The Fool Doth Think He is Wise
Eight MFA students take on Shakespeare's King Lear
by Kevin Crowe
Shakespeareans quiver at the thought of King Lear . It's armchair Shakespeare, not the kind of thing you'd actually consider performing on a stage, at least not in front of people. Lear's nearly impossible to portray, or so goes conventional wisdom, best used as fodder for research papers and creative allusions. Maybe it's because Lear's too real, too much like us. In him, we see how easily life can be brutalized beyond recognition. We see how easily Man can fall.
For Shakespeare, the character of Lear helped to push his hypothesis of a malign humanity. Morality, perhaps, is fool's stuff.
It's a great accomplishment for any actor, no doubt, when they're forced to look within themselves and pull something out of the rank, seething madness within, something that'll actually translate well on the stage. Good thing Jed Diamond, head of acting at UT and the director of the lab theatre's production of King Lear , is teaching it to his students.
" King Lear is my favorite play," Diamond writes in the playbill. "[It] is a play of annihilating loss.... [I]t has the distilled power and lasting resonance of myth."
Alvin Epstein, the founding member of the Yale Repertory Theater and the American Repertoire Theater, never let Lear 's epicness weigh too heavily when he played the mad king last year in New York's East Village. He reminded his fellow actors that this is, after all, nothing more than a fairy tale, just your basic good versus evil yarn.
Maybe it is a fairy tale, in a sense, but it's also vile and disgusting, not the stuff dreams are made of, with fat wads of spit flying from the actor's mouths as they shout their iambic pentameter. When Zach Fine comes onstage as Lear during the first scene, sporting an odd mask (think Phantom of the Opera meets Midsummer Night's Dream ), he's about as far away from all the bloat and turgidity and Orsonian melodrama that has surrounded the role since, perhaps, 1956, back when Orson Welles showed us that slow pacing and grandiose pauses don't always work. In short, this ain't foppish Shakespeare, nor is it a lesson in literature.
It's raw humanity, stripped of the weight of history and literary importance. These characters breathe--and sweat. The odor fills the theater when Poor Tom contorts his body, often curling his toes as his body gyrates to a bizarre rhythm. It's madness, the syncopated beats of a mind misaligned. They're freeing Lear from its academic bondage.
Onstage, there isn't much to note. A few benches and a jointed stool, that's about it. But it isn't necessary to have anything more. Acting makes this play. The students in UT's MFA Acting and Design program have been working on their Shakespeare chops since December. After hundreds of hours in rehearsal--and countless more hours spent learning the lines, the right inflections, how to be a madman and whatnot--they've pulled it off.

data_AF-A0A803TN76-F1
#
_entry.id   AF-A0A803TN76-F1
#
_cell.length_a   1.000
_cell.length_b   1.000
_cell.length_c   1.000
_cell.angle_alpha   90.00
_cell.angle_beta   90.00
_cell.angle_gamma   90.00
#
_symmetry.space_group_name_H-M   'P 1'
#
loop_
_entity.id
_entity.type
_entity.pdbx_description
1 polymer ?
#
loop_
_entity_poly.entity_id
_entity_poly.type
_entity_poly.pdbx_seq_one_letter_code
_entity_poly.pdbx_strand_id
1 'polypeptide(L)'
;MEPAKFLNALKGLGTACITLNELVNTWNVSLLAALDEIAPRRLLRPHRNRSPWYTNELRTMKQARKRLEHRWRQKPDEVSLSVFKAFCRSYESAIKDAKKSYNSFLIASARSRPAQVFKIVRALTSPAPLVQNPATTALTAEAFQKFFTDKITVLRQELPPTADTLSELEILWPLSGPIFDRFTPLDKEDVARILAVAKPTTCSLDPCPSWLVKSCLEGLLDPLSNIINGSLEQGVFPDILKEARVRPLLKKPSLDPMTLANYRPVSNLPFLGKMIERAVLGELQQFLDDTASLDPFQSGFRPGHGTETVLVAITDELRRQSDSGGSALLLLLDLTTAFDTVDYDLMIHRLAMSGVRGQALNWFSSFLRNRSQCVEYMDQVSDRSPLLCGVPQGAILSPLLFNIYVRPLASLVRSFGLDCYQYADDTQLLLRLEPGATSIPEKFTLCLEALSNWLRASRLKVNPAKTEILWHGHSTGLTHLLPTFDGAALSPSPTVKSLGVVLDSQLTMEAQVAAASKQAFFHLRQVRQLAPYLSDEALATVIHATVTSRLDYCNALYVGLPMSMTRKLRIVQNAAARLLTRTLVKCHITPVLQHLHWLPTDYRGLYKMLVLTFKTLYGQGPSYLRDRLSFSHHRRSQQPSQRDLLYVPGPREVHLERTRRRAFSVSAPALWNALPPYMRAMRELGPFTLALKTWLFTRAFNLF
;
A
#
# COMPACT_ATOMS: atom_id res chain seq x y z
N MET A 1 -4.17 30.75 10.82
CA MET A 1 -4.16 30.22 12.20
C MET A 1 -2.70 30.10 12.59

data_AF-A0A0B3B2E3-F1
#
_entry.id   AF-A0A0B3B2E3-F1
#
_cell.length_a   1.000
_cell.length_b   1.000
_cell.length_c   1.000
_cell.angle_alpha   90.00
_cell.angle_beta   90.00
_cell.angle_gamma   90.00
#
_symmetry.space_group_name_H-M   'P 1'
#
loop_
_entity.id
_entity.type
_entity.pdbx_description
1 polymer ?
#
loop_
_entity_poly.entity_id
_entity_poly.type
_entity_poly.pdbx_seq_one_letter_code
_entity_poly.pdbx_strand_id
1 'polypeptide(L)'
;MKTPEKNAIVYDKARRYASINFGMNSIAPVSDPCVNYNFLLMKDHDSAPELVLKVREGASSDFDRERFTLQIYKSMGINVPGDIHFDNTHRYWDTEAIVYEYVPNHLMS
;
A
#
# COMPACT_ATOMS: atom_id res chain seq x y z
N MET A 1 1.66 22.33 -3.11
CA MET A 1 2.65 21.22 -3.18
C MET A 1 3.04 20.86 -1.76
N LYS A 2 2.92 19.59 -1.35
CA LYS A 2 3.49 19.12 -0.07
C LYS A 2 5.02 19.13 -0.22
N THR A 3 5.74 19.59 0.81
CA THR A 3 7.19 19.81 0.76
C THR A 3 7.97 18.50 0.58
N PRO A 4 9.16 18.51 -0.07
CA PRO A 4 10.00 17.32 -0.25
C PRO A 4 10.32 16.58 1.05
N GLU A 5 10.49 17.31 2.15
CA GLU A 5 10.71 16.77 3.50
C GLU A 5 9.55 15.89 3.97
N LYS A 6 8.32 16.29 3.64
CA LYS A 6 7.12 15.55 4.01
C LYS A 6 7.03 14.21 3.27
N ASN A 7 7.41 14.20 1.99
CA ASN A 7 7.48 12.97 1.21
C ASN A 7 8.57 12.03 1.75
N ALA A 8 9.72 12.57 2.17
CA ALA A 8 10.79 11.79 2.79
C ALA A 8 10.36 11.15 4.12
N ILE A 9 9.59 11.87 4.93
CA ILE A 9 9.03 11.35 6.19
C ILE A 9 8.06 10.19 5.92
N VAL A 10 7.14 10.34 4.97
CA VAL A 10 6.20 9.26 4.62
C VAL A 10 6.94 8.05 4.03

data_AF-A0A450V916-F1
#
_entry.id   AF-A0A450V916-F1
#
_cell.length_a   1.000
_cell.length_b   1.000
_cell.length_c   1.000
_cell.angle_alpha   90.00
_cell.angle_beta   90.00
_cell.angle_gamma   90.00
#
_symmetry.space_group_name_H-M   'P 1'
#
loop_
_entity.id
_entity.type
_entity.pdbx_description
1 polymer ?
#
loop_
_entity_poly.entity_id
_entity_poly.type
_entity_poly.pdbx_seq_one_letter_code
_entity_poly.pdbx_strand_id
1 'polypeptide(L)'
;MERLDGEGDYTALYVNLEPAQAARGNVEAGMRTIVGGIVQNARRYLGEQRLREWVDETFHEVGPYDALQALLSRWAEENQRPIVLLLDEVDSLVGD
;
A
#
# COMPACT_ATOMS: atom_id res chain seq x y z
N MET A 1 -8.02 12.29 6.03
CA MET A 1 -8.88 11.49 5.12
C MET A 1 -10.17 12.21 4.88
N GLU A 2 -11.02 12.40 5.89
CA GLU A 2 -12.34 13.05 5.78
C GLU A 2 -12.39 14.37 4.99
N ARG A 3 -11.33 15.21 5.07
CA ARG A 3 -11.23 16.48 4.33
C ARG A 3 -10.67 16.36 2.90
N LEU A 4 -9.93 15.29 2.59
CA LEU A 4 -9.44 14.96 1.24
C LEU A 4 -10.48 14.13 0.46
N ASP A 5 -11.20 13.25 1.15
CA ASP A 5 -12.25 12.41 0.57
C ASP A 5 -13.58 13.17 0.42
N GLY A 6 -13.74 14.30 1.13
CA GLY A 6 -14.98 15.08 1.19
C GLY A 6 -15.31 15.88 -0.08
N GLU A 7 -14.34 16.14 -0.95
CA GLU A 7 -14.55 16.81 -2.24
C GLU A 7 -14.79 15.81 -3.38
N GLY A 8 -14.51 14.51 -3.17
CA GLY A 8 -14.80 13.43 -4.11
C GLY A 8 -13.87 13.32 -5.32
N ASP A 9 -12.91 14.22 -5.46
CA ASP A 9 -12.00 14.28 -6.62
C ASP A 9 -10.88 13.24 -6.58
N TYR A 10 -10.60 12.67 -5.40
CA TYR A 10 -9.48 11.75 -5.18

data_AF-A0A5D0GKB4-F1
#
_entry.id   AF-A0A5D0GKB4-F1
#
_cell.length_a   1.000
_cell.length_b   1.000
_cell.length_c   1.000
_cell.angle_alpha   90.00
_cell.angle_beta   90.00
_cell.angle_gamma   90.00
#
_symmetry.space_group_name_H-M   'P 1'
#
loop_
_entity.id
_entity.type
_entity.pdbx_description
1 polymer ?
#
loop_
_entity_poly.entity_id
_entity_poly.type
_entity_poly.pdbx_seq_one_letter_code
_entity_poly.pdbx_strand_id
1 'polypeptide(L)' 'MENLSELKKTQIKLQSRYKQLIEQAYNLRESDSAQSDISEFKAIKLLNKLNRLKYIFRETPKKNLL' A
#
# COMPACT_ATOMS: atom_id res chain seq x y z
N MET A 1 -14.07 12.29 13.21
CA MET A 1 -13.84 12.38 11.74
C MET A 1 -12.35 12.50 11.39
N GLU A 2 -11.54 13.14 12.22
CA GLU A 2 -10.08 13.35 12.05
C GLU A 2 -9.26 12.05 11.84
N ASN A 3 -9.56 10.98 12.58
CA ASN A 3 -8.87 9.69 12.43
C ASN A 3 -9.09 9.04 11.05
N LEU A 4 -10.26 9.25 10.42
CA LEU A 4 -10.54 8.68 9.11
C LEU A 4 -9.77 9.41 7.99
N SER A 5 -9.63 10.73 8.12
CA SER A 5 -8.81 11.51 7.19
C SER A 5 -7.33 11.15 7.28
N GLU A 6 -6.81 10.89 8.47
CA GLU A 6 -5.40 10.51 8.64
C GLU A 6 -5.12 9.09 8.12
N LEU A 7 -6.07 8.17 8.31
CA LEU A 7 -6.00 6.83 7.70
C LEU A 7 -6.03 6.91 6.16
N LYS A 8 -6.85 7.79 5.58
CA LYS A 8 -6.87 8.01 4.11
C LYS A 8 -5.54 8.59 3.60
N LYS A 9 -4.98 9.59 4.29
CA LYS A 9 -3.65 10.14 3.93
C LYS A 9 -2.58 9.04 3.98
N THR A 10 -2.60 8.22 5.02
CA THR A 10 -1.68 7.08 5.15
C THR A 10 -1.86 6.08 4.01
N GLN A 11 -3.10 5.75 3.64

The play can be experimental at times, like something from Stoppard's oeuvre, when Lear and his followers slink through the dark countryside, slogging through the rain and mud. The lights fade, and a slow strobe pulses. You'll hear it: Shakespeare's words are mishmashed together, building into a surprisingly creepy crescendo. All eight actors are onstage, crawling and flailing wildly, each shouting slivers of Lear's dialogue: Blow, winds, and crack your cheeks! Rage, blow! ... Strike flat the thick rotundity o' the world!/ Crack nature's mold... And so it goes, down into the psyche, where Shakespeare is at his most comfortable and, of course, most philosophical. That could be why audiences complained that Lear was un-performable.
Fetch me a better answer , Lear says at the height of his madness. To further explore the many layers of this play, and because there are only eight actors, the cast takes on multiple roles. And, what's most interesting, each actor plays the part of Lear at different times throughout the play, allowing everyone to give us their own personal interpretation of one of the most complicated characters in Shakespeare's canon.
Who is it that can tell me who I am? Lear asks during the first act. Later in the play, Lear gets his answer from the Fool, who becomes an unexpected and unorthodox philosopher. It's a line that's not even written in Shakespeare's signature verse; it's prose: He's mad that trusts in the tameness of a wolf, a horse's health, a boy's love, or a whore's oath .
Who: UT's MFA Acting and Design Program